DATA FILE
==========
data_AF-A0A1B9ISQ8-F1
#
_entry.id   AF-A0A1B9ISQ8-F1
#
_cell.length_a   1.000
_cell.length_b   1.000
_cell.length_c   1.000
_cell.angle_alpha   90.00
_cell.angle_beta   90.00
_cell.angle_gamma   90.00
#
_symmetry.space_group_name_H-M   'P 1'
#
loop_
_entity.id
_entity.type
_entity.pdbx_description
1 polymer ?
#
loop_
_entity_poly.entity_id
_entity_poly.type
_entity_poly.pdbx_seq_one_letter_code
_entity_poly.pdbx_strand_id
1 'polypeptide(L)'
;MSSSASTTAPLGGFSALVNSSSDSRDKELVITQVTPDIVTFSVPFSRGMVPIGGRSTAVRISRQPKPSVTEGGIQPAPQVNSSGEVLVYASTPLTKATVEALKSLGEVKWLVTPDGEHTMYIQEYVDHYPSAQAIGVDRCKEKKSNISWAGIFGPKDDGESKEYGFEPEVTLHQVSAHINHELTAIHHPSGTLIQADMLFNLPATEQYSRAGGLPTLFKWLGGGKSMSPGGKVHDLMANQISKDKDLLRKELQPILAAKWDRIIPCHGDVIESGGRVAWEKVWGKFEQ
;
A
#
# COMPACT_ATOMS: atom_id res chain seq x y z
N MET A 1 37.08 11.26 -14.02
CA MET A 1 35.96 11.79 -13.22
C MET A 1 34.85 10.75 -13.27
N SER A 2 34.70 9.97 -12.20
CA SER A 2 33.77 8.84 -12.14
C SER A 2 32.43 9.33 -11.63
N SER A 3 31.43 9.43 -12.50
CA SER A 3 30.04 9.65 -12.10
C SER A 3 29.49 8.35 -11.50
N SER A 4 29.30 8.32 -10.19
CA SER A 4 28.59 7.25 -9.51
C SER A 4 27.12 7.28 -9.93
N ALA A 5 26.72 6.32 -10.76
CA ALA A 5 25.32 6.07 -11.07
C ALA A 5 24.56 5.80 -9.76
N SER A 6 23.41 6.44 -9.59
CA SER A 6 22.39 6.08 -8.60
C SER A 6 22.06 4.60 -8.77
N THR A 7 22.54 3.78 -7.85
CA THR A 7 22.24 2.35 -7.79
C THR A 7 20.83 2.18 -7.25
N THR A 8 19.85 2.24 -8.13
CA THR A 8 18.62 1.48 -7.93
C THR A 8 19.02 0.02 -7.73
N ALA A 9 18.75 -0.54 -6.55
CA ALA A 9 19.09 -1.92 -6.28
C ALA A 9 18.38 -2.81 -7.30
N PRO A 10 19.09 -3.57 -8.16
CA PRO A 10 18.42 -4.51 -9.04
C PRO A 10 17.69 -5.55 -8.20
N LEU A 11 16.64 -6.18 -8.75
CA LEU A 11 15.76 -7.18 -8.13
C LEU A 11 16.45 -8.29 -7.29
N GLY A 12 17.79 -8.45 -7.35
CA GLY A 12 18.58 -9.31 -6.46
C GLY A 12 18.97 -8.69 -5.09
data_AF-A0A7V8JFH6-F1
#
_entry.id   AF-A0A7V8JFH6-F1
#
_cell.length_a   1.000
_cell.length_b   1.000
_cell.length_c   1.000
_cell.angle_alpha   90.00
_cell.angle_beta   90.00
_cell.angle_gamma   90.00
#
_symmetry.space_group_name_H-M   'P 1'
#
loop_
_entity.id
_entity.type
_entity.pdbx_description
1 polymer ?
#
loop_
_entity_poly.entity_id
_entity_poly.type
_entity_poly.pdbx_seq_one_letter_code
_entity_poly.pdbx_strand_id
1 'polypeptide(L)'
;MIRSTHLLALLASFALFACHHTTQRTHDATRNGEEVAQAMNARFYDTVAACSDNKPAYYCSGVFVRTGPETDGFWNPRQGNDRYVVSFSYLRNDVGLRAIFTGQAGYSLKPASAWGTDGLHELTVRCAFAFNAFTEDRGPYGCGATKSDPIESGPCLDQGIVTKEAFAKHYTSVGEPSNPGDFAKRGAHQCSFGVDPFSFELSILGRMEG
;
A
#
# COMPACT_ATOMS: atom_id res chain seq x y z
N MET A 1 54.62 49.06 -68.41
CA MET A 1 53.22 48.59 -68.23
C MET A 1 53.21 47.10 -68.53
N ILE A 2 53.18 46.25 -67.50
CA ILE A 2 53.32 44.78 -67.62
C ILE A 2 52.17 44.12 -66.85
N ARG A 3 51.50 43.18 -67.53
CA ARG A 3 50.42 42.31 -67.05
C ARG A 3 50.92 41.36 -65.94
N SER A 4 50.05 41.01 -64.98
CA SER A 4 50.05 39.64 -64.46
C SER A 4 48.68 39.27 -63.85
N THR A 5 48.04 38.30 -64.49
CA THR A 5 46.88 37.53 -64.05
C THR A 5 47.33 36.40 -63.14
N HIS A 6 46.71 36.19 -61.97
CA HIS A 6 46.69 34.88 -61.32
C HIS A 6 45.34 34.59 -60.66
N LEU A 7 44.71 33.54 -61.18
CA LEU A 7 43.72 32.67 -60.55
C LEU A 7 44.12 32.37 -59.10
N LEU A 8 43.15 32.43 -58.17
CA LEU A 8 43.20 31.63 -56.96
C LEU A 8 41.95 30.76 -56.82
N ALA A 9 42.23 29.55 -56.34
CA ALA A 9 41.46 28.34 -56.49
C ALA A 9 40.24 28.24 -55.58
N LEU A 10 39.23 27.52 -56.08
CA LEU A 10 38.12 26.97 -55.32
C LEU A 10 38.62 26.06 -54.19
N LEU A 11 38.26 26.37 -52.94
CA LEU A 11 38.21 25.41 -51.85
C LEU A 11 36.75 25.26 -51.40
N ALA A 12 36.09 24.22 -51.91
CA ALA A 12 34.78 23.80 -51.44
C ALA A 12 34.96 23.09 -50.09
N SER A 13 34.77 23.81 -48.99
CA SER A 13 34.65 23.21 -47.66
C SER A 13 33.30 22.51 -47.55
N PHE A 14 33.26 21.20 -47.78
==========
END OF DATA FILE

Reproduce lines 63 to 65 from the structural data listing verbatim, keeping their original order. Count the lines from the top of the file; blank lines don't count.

C LEU A 11 16.45 -8.29 -7.29
N GLY A 12 17.79 -8.45 -7.35
CA GLY A 12 18.58 -9.31 -6.46